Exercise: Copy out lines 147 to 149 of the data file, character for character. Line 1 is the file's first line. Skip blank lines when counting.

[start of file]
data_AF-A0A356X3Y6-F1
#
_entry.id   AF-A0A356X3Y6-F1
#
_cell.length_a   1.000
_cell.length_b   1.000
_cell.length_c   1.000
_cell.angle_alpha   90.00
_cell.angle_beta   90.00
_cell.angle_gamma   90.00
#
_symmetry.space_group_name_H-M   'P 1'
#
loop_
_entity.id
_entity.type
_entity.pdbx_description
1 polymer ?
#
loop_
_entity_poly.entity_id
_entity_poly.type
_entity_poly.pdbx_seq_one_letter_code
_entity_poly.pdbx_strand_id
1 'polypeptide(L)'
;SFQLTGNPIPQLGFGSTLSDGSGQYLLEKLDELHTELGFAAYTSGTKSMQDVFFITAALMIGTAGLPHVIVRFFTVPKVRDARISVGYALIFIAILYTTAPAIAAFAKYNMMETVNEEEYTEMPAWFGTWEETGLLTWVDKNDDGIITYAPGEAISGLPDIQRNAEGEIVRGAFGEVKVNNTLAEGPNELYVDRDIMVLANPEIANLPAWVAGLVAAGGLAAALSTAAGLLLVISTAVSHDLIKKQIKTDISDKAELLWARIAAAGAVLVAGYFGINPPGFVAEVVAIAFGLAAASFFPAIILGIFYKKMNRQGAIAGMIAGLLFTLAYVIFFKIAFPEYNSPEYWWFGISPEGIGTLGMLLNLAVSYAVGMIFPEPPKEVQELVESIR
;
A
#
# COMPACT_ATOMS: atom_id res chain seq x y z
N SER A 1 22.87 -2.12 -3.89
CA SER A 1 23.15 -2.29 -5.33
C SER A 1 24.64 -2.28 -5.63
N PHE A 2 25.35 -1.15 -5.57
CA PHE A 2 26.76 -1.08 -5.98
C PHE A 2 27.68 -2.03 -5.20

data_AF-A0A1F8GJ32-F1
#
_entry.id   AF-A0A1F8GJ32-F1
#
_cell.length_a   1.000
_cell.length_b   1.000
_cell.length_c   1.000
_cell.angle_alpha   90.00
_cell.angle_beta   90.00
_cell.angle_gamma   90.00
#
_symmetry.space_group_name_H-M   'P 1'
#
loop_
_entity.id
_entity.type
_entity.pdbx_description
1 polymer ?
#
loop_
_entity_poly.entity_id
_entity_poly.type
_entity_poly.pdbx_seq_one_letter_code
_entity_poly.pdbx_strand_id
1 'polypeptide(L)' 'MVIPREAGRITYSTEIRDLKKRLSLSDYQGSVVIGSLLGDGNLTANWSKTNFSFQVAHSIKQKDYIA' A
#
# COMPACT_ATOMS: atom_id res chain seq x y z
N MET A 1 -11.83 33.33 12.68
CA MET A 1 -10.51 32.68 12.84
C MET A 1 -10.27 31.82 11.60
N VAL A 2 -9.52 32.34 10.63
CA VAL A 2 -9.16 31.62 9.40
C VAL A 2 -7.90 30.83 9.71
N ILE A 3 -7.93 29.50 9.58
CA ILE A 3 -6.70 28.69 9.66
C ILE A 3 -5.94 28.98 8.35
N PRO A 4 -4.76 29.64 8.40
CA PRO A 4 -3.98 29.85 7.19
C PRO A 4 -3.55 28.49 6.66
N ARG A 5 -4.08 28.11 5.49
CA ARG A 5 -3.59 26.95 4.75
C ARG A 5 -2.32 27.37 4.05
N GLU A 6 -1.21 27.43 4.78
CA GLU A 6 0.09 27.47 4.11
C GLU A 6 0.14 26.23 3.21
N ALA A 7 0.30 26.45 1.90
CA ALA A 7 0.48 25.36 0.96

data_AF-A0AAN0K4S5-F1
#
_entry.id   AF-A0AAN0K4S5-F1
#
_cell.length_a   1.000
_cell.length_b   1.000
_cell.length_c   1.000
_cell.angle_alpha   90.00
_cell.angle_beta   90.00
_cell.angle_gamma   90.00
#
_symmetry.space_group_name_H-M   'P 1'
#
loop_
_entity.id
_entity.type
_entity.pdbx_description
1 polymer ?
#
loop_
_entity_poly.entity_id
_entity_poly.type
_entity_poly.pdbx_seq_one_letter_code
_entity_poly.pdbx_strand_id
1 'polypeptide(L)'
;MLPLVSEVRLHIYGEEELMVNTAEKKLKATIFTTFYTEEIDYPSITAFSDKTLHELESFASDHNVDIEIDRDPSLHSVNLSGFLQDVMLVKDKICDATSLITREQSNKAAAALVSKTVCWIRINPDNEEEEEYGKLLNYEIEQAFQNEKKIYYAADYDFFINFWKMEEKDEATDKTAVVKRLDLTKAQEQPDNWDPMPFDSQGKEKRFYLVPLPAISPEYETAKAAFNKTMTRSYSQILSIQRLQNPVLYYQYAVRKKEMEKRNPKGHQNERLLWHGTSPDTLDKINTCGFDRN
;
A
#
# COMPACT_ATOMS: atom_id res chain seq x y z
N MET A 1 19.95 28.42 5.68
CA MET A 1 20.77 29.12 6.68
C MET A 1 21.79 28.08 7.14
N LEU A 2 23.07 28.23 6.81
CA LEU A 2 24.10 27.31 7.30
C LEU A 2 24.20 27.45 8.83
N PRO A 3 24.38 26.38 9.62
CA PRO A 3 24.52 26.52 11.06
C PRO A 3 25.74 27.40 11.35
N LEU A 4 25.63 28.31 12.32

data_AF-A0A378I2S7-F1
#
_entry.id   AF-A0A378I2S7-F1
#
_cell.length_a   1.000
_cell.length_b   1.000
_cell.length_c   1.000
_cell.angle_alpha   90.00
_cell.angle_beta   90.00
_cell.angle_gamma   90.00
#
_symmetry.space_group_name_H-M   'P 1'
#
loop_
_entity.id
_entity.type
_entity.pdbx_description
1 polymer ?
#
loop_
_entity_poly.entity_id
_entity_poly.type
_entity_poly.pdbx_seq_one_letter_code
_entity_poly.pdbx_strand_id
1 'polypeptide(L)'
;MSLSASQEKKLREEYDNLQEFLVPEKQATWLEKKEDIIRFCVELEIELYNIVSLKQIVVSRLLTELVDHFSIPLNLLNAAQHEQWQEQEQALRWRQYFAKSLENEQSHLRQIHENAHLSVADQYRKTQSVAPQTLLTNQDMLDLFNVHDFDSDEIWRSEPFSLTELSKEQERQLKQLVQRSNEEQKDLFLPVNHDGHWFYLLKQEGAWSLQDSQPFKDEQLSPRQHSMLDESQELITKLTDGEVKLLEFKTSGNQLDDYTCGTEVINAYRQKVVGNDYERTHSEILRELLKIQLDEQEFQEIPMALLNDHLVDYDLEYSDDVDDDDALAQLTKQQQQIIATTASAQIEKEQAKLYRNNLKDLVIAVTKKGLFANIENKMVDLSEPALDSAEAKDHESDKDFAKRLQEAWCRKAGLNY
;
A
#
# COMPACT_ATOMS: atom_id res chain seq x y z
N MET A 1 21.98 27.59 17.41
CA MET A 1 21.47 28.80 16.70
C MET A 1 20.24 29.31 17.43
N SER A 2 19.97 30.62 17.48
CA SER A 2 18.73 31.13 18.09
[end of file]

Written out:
_entity_poly.pdbx_strand_id
1 'polypeptide(L)'
;MSLSASQEKKLREEYDNLQEFLVPEKQATWLEKKEDIIRFCVELEIELYNIVSLKQIVVSRLLTELVDHFSIPLNLLNAAQHEQWQEQEQALRWRQYFAKSLENEQSHLRQIHENAHLSVADQYRKTQSVAPQTLLTNQDMLDLFNVHDFDSDEIWRSEPFSLTELSKEQERQLKQLVQRSNEEQKDLFLPVNHDGHWFYLLKQEGAWSLQDSQPFKDEQLSPRQHSMLDESQELITKLTDGEVKLLEFKTSGNQLDDYTCGTEVINAYRQKVVGNDYERTHSEILRELLKIQLDEQEFQEIPMALLNDHLVDYDLEYSDDVDDDDALAQLTKQQQQIIATTASAQIEKEQAKLYRNNLKDLVIAVTKKGLFANIENKMVDLSEPALDSAEAKDHESDKDFAKRLQEAWCRKAGLNY